When you purchase a home, you’ll probably have to borrow at least some of the money from the bank via a mortgage loan. Before you commit to a loan, you’ll undoubtedly want to know the terms of the loan – how long the loan will last, the interest rate, whether the rate is fixed or variable, etc. These details along with other costs associated with the loan application, e.g. loan origination fee and home inspection fee, are provided in a document known as a good faith estimate (GFE). *Note* The good faith estimate is now officially called the “loan estimate,” per the new TRID lending guidelines.
By law, a lender is required to give you a good faith estimate within three days of your mortgage application. The good faith estimate includes a list of costs that would be due at closing (also called settlement) if you’re approved for the mortgage. You don’t have to give a commitment in exchange for receiving a good faith estimate. In fact, it’s better that you avoid giving a decision about the mortgage until you’ve received, reviewed, compared, and approved the closing costs in your good faith.
New Federal law requires lenders to use a specific disclosure form designed by the Department of Housing and Urban Development. Because lenders use the same form it’s a little easier to compare good faith estimates from different lenders. It’s also easier to tell when you’re getting an official good faith estimate or simply a worksheet listing the lender’s cost. Note that some lenders do provide informal list of mortgage terms and buyer closing costs. However, this list doesn’t come with the same assurance as a good faith estimate.
What’s on the Good Faith Estimate?
Upfront you’re given important dates associated withyour good faith estimate. The lender will let you know how long the interest rate offer lasts. If your mortgage closes after that date, the lender doesn’t have to give you the quoted interest rate and monthly payment listed on the good faith estimate worksheet. There may be a separate expiration date for other settlement fees listed on the GFE. You’ll have a certain number of days to close your loan after you lock your interest rate. If you’re interested in that mortgage and the terms you’re quoted, it’s important that you act quickly.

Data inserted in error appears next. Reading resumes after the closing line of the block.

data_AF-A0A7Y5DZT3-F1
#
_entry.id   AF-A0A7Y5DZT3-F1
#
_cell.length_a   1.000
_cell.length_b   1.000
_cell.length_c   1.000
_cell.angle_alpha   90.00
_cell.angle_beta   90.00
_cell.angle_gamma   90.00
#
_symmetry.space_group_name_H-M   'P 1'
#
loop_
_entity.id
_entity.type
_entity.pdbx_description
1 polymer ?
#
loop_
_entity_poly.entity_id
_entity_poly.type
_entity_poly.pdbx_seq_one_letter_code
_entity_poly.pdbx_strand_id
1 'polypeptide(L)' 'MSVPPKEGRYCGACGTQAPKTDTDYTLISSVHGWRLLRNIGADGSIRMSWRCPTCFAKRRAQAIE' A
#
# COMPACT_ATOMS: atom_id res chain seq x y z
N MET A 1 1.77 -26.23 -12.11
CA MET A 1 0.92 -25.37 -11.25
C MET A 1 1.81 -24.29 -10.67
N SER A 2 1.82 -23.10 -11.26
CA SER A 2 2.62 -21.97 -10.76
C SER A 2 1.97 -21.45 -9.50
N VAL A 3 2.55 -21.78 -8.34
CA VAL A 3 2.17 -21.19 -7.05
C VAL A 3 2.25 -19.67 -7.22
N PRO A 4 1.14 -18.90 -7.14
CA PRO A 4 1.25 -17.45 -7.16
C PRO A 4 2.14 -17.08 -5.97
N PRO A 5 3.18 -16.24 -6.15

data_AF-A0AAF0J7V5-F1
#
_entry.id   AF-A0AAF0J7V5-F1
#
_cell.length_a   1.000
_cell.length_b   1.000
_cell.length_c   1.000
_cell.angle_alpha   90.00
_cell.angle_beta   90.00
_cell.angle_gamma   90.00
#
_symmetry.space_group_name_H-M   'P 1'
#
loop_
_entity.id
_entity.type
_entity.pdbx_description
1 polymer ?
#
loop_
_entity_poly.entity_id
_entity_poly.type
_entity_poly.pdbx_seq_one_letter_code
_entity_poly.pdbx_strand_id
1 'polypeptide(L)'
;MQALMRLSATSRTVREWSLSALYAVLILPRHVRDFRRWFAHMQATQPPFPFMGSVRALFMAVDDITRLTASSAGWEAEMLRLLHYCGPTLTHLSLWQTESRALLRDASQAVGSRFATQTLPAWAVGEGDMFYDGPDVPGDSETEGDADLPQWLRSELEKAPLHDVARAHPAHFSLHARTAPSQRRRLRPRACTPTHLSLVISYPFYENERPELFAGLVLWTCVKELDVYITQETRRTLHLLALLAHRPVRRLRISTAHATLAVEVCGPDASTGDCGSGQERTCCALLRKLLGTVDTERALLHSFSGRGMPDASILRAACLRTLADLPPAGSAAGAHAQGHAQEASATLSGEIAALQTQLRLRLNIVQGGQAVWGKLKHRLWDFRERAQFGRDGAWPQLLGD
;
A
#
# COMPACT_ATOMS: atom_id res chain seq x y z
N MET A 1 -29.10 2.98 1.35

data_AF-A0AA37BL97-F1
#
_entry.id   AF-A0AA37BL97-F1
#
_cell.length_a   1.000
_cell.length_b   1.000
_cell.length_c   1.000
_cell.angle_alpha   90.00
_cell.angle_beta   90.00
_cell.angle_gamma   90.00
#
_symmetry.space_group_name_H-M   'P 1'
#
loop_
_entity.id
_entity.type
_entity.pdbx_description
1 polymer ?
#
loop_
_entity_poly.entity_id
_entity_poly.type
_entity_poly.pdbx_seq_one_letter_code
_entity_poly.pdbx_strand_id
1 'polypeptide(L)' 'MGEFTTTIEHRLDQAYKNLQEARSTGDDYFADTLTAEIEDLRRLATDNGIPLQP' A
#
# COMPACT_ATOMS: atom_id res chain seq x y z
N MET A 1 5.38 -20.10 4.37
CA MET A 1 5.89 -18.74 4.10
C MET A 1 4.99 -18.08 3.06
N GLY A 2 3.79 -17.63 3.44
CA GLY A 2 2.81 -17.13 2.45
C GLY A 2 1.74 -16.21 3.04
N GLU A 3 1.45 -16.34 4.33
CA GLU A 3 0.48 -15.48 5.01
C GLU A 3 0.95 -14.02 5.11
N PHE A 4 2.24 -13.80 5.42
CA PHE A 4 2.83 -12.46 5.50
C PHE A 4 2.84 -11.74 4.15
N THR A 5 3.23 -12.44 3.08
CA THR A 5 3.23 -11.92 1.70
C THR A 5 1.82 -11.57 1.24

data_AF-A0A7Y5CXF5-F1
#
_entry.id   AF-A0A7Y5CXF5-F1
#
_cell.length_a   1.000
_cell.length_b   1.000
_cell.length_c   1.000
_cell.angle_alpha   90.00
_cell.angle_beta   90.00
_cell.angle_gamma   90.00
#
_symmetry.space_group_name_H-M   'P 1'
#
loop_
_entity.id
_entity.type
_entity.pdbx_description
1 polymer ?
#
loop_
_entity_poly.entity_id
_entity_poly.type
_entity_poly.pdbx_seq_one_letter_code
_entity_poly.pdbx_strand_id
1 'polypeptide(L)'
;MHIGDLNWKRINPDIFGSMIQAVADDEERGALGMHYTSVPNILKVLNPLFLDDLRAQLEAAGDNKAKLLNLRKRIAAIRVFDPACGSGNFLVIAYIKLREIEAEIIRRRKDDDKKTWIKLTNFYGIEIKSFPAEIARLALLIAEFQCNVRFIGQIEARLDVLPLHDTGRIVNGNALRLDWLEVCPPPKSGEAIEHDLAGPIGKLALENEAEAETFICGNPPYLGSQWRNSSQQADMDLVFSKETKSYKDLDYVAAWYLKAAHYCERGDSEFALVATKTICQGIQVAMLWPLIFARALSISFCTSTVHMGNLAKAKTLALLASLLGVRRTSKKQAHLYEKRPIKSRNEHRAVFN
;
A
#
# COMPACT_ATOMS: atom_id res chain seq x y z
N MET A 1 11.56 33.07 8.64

A summary of the loan will be listed on the first page of the estimate. Summary details include:
- The amount and term of the loan,
- Initial interest rate,
- Initial monthly payment for principle, interest, and mortgage insurance (if applicable), Whether your interest rate can increase, the maximum amount of any increase, and how soon you
can expect the first increase to take place,
- Whether your principle, interest, or mortgage insurance can increase, how soon it can increase, the amount of the first increase, and the maximum amount of any increase,
- Any mortgage prepayment penalty that applies and the maximum amount of the penalty, and
- Any balloon payment that’s due, the amount of the payment, and the number of years until the payment is due.
Your lender may require an escrow account to hold funds for property taxes or other property-expenses. Any monthly escrow payment should be disclosed on the good faith estimate. There may be a fee associated with escrow.
While individual settlement costs are broken down on subsequent pages, the first page of the good faith estimate summarizes the total of all settlement costs you can expect to pay.
Certain services are required to complete closing are separated on the GFE form between services where the lender chooses the provider and services where you’re allowed to shop for the provider. You might shop for your own service provider to reduce the closing costs or to avoid bias or conflict of interest.
Fees you can expect to pay include:
- Appraisal fee
- Credit report fee
- Application fee
- Mortgage broker’s fee
- Title and insurance fee
- Settlement/Closing Fee
- Recording fee
- Transfer taxes
- Homeowner’s insurance
Certain fees are locked in by what’s listed on the good faith estimate while others are allowed to increase by 10% at the time of closing. If fees increase, your APR and loan costs will also increase.